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Women's Community Environmental Report Cards
The Netherlands

Keyword: Women & Gender equality


By way of the Women's Community environmental report cards women are being encouraged to review their living environment and exert influence in promoting a sustainable development. Based on the international formula of the Environmental Report Cards, a Dutch questionnaire was developed.

This project makes women more conscious of their role as consumers and citizens. Women's organizations gain experience in formulating women's interests and in getting public support for them. Policy-makers learn to take women's interests into consideration. During the experimental year 1995 twenty local groups in four Dutch provinces are involved, supported by local organizations and the National Steering Group.


The project is intended to stimulate effective involvement among women's organizations in making policies and taking decisions to improve the living environment.

Living environment means the quality of the environment in which you live, work and spend your leisure time. This concept includes aspects such as clean air, water and soil. It concerns the amount of greenery in your local surroundings and the inconvenience caused by excessive industrial noise, stench and like. We also consider socially equitable relationships between men and women and between the North and the South.

In 1991, a worldwide conference was organized by women who were concerned about the environment. This event led the international organization WEDO (Women's Environmental and Development Organization) to initiate a worldwide network of women's groups entrusted with annual reviews of their local environment in the context of sustainable environment. The Dutch steering group for Women's Community Environmental Report Cards is encouraging women to participate in this effort.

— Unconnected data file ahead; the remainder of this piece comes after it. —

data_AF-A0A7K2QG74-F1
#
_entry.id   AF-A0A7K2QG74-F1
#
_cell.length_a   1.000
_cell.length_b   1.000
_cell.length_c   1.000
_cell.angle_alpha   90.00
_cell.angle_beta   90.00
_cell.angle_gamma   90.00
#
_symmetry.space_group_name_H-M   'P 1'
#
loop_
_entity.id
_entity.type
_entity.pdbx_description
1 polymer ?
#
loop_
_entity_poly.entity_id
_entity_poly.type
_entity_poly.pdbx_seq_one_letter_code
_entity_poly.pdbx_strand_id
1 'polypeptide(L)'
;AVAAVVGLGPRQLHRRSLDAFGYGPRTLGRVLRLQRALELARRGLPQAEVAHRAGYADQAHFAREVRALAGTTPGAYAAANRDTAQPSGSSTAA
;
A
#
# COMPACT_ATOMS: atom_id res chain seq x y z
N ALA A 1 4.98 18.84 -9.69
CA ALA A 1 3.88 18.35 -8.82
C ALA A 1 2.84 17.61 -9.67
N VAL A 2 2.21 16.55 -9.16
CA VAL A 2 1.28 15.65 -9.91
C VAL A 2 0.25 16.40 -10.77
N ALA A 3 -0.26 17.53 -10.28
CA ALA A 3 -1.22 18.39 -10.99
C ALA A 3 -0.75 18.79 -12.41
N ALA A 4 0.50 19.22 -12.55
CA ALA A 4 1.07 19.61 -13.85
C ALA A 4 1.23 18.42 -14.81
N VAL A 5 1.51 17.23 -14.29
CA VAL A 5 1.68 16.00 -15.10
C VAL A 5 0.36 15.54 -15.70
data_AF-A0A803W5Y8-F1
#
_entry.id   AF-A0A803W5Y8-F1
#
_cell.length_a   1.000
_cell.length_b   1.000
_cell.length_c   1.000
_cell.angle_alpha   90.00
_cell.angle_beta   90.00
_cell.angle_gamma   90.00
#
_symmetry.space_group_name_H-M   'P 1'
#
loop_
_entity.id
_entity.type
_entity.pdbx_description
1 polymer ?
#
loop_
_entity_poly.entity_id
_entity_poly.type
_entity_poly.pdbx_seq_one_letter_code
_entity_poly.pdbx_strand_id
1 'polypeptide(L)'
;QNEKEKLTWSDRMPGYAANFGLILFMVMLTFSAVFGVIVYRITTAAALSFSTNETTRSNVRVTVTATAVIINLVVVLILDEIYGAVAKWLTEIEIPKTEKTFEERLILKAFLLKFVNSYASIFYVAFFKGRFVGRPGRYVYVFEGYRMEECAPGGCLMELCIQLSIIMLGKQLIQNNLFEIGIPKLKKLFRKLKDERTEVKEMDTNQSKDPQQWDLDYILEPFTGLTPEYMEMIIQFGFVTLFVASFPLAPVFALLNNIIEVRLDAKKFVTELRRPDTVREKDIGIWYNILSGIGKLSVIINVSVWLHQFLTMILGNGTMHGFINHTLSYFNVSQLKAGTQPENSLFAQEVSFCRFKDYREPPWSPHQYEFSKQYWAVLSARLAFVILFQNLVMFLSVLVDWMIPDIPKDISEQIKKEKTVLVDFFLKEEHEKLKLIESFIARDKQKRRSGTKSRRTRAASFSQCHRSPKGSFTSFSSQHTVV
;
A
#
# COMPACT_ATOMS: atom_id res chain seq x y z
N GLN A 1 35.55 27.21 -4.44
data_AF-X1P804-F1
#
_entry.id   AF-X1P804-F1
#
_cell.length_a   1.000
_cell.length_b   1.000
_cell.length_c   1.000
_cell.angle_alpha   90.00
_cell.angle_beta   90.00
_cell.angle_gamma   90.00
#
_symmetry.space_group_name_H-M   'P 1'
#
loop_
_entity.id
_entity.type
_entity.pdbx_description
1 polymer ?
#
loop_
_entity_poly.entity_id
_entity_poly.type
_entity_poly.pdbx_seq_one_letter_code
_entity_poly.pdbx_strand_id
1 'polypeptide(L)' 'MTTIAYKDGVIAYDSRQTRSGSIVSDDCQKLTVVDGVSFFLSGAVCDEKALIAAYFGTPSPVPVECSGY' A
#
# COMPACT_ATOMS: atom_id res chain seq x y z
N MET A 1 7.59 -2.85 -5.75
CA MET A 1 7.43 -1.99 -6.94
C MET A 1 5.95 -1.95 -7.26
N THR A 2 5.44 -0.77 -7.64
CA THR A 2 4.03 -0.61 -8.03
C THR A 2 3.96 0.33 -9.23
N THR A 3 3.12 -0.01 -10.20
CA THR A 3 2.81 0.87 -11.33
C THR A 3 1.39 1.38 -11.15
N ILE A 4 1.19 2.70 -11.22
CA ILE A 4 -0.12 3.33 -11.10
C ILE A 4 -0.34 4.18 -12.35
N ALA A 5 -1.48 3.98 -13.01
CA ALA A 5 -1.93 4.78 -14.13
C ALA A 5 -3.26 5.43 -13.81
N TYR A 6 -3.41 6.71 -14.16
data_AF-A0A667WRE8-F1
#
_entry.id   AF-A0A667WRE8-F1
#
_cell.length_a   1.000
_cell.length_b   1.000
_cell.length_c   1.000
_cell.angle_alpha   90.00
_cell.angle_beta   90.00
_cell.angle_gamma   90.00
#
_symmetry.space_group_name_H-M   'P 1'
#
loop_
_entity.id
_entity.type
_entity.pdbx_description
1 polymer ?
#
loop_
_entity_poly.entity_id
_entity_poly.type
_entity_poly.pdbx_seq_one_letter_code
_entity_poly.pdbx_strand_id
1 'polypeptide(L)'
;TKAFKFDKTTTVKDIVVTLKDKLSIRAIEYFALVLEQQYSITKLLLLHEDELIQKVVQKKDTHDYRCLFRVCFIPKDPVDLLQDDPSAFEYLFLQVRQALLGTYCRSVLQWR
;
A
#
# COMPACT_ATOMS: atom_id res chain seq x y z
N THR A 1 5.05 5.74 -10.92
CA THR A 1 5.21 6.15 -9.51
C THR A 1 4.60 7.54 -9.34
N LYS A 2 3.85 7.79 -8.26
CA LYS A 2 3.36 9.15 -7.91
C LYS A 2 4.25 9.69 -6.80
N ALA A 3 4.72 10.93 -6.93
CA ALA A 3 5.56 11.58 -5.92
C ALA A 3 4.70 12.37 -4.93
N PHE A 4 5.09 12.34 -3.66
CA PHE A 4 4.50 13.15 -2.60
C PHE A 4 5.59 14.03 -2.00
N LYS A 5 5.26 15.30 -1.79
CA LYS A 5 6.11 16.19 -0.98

To promote this idea. the steering group for Women's Community Environmental Report Cards has drafted a questionnaire to stimulate women's groups and organizations to promote sustainable development locally. This task is ambitious and comprehensive, as women who participate are expected to do more than issue report cards with recommendations. A major goal involves influencing policy making in effort to restructure policies in the interest of sustainable development.

In 1992, the United Nations Conference on Environment and Development (UNCED) organized a conference attended by representatives from the governments of 178 countries. As a result of this conference, Agenda 21, an action programme on global sustainable development, was approved. This action programme assigns women an important role in realizing a sustainable society. Such a society is structured in a manner that protects people, the environment and nature and supports the needs of present and future generations.

Municipal councils are indispensable for creating a global sustainable community. The Agenda 21 action programme emphasizes this need.
Of the 2,500 actions points on the agenda, 1,600 need to be carried out within communities. For this reason, the project Women's Community Environmental Report Cards sets great store by local policy making.
Women's groups of small towns and cities will urge local authorities to consider sustainable development in policy making. These local efforts do not absolve other organizations from any responsibility. On the contrary, business, industrial and social organizations and individual citizens must be approached.

    How can we influence local government policy ?

Examining the policy-making process of the national government enables us to distinguish the following phases.
First, an issue is considered for inclusion on the political agenda. It is necessary to determine whether government involvement is needed or whether private groups can handle the problem. Entering the issue on the political agenda initiates the phase of policy preparation.